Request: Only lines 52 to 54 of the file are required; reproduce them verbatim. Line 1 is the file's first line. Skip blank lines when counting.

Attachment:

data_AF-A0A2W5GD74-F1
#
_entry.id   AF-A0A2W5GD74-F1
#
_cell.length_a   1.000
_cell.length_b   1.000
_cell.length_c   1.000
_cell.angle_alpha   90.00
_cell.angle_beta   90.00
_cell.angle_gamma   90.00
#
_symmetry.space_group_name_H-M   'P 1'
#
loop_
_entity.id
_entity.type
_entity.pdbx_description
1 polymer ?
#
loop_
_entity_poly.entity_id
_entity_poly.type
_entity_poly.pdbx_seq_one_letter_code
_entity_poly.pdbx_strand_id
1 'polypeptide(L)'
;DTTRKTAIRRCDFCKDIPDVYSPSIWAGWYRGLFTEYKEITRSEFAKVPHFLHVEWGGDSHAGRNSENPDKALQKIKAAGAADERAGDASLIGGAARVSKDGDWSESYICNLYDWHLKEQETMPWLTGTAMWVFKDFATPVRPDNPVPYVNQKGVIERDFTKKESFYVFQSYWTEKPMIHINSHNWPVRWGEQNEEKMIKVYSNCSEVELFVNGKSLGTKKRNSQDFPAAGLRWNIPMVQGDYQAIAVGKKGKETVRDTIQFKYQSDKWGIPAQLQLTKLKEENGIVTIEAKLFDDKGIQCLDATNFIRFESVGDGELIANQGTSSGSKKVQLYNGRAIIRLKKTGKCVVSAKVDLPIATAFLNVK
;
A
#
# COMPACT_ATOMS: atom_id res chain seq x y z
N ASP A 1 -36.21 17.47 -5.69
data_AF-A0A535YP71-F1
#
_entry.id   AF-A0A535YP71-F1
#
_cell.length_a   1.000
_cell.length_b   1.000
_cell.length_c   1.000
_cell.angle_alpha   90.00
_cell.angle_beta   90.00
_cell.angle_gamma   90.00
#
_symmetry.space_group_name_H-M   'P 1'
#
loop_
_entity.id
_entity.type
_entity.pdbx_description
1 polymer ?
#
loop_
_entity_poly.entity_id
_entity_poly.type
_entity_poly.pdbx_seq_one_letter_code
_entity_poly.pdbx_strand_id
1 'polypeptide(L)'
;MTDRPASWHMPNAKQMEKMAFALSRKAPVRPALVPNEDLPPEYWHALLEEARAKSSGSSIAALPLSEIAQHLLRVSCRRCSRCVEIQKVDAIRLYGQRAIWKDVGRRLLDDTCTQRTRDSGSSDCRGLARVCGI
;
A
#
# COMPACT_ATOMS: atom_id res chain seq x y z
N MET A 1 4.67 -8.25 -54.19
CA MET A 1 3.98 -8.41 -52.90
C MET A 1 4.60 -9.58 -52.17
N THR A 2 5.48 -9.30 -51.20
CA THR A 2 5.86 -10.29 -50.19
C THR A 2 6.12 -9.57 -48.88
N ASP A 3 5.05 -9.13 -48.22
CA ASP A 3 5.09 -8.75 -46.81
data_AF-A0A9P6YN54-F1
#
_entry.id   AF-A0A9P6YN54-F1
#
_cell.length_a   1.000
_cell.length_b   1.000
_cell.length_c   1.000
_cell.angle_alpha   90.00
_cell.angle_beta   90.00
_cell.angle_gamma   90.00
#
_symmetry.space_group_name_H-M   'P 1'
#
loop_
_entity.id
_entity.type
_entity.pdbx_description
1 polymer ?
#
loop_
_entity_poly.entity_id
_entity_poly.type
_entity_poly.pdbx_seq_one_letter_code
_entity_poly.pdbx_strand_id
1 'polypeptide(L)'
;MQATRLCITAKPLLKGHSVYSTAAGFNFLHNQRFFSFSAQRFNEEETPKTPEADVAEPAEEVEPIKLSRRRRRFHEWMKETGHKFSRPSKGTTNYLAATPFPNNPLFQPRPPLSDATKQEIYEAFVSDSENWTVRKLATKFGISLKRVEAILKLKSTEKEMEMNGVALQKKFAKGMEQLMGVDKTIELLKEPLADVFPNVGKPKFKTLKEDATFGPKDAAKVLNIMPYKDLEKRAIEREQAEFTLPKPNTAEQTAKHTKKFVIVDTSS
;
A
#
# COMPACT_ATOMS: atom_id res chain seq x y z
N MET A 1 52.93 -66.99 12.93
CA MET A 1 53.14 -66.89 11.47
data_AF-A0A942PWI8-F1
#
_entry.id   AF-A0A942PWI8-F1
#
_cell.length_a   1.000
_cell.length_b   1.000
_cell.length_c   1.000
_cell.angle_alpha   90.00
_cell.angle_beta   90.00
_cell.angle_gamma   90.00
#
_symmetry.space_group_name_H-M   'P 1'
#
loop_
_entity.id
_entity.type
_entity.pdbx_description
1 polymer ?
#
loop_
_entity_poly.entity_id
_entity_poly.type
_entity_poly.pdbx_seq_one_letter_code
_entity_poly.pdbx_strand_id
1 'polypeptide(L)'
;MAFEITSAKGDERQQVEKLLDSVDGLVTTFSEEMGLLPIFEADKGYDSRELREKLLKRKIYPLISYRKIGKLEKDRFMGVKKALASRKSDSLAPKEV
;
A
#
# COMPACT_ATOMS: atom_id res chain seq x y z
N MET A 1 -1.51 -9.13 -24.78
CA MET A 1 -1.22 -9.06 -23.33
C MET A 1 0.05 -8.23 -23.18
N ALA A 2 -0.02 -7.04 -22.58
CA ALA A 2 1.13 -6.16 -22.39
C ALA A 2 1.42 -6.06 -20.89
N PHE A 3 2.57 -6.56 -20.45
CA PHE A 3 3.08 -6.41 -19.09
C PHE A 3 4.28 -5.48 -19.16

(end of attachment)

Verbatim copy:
_entity_poly.entity_id
_entity_poly.type
_entity_poly.pdbx_seq_one_letter_code